Usually when I'm picking a wine, I stare at the rack of selections mindlessly for a few minutes until I eventually pick something either cheap or on sale. Today, there was no mindless staring, no sale or cheap purchases. Today, two labels jumped out at me, the Latitude 50 white and the Painted Turtle shiraz. They stood out because I've seen them on Air North's Boeing 737 where I had my service training and my first two flights as a flight attendant.
I've already been stumped by a passenger asking how strong the coffee was. I had no idea, having never tried the Yukon roasted Midnight Sun coffee. (It's strong, by the way, but delicious.)
I have two night flights coming up next week, so it's time to do my wine research. I know, I am, like, the best employee, ever.
In our service manual, the Latitude 50 is described as "a blend of vinifera grape varieties specifically chosen for their unique characteristics." According to the label, this blend is unique to the microclimate in the area where Lake Okanagan meets a certain latitude... and that would be latitude 50.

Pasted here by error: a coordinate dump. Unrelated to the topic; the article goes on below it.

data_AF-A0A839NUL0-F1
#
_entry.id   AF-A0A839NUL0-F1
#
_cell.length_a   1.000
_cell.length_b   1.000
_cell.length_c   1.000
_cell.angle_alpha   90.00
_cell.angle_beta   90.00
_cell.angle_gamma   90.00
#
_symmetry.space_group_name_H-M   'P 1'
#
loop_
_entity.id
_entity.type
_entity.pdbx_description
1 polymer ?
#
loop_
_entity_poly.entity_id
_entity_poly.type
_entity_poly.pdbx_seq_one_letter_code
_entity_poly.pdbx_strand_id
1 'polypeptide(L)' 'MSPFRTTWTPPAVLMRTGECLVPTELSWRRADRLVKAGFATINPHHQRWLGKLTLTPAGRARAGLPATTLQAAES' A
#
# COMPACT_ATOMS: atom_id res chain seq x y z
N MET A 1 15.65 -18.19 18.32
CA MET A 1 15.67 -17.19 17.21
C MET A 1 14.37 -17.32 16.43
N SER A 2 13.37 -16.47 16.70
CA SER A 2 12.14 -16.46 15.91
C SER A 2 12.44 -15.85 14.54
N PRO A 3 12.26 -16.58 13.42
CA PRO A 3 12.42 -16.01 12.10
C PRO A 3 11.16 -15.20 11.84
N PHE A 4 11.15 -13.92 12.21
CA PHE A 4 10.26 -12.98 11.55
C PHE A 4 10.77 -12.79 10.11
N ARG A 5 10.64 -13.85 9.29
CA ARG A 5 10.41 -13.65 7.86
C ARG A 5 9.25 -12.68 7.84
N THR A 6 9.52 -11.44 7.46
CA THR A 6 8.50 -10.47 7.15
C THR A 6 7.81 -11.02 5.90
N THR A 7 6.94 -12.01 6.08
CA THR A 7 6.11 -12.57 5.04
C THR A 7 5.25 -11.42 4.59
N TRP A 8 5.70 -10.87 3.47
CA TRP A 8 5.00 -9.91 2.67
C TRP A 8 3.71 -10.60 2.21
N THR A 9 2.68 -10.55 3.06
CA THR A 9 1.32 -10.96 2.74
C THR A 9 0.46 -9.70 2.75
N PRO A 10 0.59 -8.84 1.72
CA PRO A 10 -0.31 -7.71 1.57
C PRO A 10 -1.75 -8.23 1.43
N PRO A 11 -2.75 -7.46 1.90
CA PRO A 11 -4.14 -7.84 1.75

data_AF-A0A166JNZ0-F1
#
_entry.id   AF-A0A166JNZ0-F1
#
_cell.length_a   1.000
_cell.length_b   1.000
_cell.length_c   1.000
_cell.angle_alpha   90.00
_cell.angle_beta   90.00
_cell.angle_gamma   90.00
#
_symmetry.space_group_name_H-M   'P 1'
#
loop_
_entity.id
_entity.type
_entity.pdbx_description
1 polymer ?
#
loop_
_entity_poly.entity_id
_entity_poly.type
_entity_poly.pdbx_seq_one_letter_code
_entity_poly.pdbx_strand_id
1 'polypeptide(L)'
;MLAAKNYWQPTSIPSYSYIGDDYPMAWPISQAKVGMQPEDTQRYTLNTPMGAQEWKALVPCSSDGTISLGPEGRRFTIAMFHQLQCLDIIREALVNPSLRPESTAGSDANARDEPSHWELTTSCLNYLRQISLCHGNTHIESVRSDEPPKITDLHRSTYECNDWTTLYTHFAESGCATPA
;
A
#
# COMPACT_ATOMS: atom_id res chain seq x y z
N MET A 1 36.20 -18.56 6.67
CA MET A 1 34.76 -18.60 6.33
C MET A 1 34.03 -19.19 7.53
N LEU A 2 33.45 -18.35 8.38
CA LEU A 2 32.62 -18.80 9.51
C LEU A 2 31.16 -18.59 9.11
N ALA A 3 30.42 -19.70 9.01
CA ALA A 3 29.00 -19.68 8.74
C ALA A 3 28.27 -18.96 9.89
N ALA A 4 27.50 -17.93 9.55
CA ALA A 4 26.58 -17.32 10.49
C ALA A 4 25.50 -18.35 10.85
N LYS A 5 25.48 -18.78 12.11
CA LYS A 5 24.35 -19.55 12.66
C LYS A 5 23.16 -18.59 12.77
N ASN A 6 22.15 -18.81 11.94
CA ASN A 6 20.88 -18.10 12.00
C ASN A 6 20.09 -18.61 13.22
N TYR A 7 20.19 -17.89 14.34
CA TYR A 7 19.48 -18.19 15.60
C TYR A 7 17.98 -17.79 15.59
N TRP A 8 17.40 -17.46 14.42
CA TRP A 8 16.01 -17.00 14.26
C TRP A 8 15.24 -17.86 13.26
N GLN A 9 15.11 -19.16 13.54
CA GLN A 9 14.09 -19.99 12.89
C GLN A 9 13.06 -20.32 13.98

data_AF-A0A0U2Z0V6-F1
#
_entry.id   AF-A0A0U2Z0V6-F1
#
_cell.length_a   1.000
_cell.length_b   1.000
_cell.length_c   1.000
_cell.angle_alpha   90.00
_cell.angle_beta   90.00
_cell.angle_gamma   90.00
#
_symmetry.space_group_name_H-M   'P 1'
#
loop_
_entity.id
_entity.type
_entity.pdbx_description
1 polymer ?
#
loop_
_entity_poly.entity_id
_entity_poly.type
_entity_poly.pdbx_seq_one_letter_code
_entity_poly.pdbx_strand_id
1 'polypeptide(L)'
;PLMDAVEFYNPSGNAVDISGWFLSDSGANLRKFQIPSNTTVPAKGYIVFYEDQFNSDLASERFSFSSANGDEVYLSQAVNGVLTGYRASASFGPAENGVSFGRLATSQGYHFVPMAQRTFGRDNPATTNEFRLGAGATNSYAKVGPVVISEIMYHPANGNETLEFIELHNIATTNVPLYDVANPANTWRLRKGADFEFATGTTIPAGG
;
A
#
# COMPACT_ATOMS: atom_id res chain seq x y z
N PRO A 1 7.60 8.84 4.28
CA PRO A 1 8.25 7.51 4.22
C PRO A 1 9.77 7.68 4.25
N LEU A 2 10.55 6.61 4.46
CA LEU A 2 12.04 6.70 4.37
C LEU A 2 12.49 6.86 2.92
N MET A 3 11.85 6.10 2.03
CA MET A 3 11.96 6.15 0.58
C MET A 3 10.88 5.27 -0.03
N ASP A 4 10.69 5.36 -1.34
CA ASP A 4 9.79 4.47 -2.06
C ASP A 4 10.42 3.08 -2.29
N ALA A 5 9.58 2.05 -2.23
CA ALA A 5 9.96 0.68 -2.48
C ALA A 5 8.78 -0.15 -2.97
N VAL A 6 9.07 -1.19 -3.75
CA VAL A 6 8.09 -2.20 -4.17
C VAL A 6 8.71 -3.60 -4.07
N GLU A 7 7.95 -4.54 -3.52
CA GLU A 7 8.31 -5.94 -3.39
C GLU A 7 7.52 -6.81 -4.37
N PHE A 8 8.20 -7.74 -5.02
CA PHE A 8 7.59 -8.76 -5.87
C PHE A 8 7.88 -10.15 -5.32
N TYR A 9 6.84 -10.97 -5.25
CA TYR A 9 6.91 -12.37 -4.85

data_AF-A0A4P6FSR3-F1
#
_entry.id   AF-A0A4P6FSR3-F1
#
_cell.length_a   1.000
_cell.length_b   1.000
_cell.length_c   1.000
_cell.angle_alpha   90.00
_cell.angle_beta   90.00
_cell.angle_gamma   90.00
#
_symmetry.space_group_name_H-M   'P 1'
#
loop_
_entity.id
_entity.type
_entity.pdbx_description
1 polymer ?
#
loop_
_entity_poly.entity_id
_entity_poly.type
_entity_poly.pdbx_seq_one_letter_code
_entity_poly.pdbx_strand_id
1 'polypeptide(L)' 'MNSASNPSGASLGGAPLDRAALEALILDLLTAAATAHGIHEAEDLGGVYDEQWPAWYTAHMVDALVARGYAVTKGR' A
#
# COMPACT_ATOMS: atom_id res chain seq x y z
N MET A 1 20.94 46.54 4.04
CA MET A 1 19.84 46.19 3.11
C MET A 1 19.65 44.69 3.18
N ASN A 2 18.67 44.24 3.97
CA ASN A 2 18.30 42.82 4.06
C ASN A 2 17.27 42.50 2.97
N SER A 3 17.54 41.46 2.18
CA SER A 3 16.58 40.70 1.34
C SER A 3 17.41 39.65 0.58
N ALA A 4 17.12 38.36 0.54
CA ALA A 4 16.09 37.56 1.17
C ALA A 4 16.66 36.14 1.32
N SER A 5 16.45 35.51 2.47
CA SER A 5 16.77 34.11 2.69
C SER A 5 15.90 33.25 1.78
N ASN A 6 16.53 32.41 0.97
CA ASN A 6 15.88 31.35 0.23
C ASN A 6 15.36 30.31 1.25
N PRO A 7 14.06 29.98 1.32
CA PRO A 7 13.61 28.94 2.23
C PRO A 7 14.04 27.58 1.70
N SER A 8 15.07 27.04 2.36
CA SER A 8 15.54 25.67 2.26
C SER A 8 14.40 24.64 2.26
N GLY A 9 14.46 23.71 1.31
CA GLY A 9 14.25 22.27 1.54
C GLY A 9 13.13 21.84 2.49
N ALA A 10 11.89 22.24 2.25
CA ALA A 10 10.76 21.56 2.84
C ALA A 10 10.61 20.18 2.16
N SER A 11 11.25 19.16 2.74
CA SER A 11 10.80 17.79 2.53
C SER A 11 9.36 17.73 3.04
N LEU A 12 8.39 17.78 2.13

The Painted Turtle shiraz, another B.C. wine, is described as full bodied and smooth. The label suggests sipping it with "bacon wrapped pork or cedar plank Pacific salmon." Now that just makes me hungry. Now I'm picturing salmon wrapped in bacon, ooh or scallops wrapped in bacon. I'm trying to drum up the same enthusiasm for tonight's salad. Hmmm.
I'm not the best wine connoisseur. My critique of wine usually consists of "I like it" or "I don't like it" and let's face it, after a few glasses I like pretty much everything. My husband, however, is British and comes from a long line of British and Scottish drinkers. Richard often detects a "hint of elderberry" or comments that a wine is "slightly oaky" in that delicious posh British accent. Usually I nod wisely while the information immediately falls out of my brain, but tonight I will be taking notes. That stuff will be pure gold.